fence the lot reserved for the school house. In
this house a classical school was taught by Rev.
Samuel Bell, a Methodist minister from the east.
That was the beginning of the Rhinebeck Academy.
The credit for building up the Academy is due to
the Methodists, and very largely to Rev. Mr. Grif-
fin. Bell, Marcy, Park, Comfort, Powers, Stock-
ing and Schuyler, were all Methodists.

The school house on the old church lot was the
property of Miss Mary Garrettson, probably be-
cause it had been built with her money. Super-
seded by the Academy, in the building of which
she had taken an active interest, she offered it to
the Methodist church, with a lot fifteen feet wide
on the west of the Methodist church lot, in 1842,
to be fitted up exclusively for religious meetings
and purposes. The removal was eflfected, and the
old lot sold to Rev. Benjamin Griffin, for five dol-
lars per foot, in 1843. March 12, 1848, Miss
Mary Garrettson transferred her trust of the church
lot to the trustees of the church, having held it as
sole trustee for twenty-six years. June 14, 1849,
Mrs. Catharine Garrettson, widow of Freeborn
Garrettson, died suddenly at Montgomery Place,
the residence of her sister-in-law, Louisa, widow of
Hon. Edward Livingston. Born July 13, 1752,
she was in the 97th year of her age when she died.

In 185 1 the portico and steeple were added to
the church edifice, at an expense of $1,100. In
1853 the church received a donation of five acres
of land in the Buco Bush * from Miss Margaret B.
Livingston, which was sold for $70 per acre, and the
proceeds appHed to the payment of Church debts.

In 1854 the church obtained an order from the
court to sell the lot purchased from Gilbert Akerly
May I, 1845, the proceeds to be appUed to the
payment of other indebtedness. On the 19th of
February, 1856, Miss Mary Garrettson f made a
gift to the church of five acres of land for an addi-
tion to the cemetery, and the cemetery thus en-
larged was called the " Rhinebeck cemetery of the
Methodist Episcopal Church."

* Beech-Woods.

t Miss Mary R. Garrettson, only chUd of Rev. Freeborn Garrettson
and his wife Catharine Livingston, died March 6, 1879. She was bom
September 8, 1794.

In 1863 the church edifice was greatly enlarged,
internally reconstructed, and grealtly improved, at
an expense of six or seven thousand dollars. In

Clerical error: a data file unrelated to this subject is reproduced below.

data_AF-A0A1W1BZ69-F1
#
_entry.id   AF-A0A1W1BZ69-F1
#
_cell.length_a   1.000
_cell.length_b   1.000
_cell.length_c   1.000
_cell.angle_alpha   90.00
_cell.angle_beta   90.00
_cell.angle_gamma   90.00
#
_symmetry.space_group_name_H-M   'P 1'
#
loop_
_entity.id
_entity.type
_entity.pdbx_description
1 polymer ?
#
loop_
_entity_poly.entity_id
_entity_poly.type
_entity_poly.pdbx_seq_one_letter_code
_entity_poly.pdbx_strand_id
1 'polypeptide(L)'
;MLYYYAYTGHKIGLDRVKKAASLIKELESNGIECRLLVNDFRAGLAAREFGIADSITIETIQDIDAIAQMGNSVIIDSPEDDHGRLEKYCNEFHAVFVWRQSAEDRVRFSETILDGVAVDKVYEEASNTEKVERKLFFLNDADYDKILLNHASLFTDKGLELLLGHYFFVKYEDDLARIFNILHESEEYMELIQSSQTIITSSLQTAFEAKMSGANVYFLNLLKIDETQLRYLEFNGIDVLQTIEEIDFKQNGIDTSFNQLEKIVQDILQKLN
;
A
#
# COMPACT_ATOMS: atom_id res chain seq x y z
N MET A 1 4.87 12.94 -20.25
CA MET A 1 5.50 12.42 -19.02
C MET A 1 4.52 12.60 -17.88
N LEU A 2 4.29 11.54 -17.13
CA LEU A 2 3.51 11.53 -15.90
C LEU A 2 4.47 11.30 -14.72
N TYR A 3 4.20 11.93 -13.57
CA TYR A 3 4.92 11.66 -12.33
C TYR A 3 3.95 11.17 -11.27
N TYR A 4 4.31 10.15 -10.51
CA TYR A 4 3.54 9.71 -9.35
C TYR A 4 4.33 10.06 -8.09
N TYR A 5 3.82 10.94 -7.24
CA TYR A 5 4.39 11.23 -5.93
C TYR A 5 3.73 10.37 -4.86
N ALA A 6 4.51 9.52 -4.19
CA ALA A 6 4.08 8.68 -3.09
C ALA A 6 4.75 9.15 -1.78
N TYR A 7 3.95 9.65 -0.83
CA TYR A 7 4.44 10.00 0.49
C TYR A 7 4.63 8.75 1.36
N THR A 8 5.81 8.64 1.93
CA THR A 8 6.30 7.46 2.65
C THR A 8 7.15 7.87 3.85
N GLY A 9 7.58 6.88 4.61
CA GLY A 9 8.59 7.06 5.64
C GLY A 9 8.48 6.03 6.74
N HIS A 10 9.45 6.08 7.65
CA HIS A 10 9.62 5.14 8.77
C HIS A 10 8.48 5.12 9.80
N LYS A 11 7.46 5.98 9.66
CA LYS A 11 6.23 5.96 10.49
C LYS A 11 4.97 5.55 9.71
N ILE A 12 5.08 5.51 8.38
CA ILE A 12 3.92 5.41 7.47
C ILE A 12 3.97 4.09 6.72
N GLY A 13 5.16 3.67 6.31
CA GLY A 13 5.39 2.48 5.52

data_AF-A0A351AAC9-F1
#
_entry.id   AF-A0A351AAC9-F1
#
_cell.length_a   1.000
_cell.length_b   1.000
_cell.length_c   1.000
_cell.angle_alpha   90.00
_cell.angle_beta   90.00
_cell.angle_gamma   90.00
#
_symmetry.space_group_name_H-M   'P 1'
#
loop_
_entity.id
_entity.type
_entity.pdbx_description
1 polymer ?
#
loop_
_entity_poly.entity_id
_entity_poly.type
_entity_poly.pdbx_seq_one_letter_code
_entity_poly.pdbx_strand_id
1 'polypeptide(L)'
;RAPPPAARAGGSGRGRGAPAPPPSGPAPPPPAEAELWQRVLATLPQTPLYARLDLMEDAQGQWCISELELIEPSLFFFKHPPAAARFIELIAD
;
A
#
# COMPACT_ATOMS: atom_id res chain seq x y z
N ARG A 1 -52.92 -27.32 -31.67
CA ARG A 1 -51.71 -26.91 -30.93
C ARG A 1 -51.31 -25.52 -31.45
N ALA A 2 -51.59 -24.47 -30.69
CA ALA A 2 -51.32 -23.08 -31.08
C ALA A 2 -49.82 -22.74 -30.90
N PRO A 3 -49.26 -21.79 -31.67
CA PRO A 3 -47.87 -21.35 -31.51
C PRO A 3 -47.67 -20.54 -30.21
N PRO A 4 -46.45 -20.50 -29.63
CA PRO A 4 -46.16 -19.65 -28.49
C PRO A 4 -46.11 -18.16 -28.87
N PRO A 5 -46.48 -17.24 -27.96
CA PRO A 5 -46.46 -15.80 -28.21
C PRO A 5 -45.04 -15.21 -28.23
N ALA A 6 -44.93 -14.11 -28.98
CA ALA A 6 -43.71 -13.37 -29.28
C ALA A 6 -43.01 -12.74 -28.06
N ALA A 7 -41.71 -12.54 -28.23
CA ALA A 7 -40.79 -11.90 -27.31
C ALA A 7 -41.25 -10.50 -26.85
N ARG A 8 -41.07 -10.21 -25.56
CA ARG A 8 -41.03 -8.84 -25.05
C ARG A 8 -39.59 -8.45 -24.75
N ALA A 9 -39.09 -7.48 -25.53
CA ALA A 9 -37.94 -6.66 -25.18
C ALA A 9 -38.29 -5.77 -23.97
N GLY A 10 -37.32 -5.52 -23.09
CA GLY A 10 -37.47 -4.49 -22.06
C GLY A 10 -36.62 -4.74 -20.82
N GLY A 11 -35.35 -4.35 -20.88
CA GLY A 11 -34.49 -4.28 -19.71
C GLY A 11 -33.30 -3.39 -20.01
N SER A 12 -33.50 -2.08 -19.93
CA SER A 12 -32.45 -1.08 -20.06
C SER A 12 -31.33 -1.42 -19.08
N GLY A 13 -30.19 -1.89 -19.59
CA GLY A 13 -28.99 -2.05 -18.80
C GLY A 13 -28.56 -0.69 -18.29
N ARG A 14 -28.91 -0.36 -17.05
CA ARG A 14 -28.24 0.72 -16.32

1868 the church received a gift from Miss Mary
Garrettson of the Akerly lot, upon which was built
the present commodious Sunday School and lec-
ture room. In 1 87 1 the parsonage was recon-
structed and enlarged, and is now, with its fine
situation, a very desirable residence.* With its
enlarged premises and improved buildings the
Methodist church property is now one of the most
attractive features in the village.

The Baptist Church was brought into Rhine-
beck by Robert Scott, an Englishman. His fami-
ly, it is said, were Episcopalians, and he was
brought up in the faith of the EngUsh Church.
He received a classical education, but learned the
trade of a cabinet maker in his native country.
At an early age he became a Wesleyan, and trav-
eled about in his own country preaching as a min-
ister of that denomination. In the progress of
his ministrations he became a Baptist, joined the
Baptist Communion, and settled down to his trade.
He came to America with his family, in company
with the Vassars and Slatens, arriving in New
York October 6, 1794, where he went to work for
Gen. Morgan Lewis, in Leonard street, as a car-
penter. On the persuasion of Margaret Beekman
Livingston, he moved to Rhinebeck with his fami-
ly, and opened a school in 1796. He shortly after
became a merchant, in which business he remained
four years, when he gave up that business and
opened a boarding school, and for the balance of
his Ufe followed the occupation of teacher and

His ministerial life, it is said, never ceased from
eighteen years of age. The first beginning of
church organization was June 2, 1821, when Elder
Freeman Hopkins preached at Rhinebeck Flatts,
and baptized the following persons : John Reed,
William Styles, Calvin O'Hara, Wadsworth Brooks,
Jacob Dedrick, Elizabeth Thompson, Ann Logan,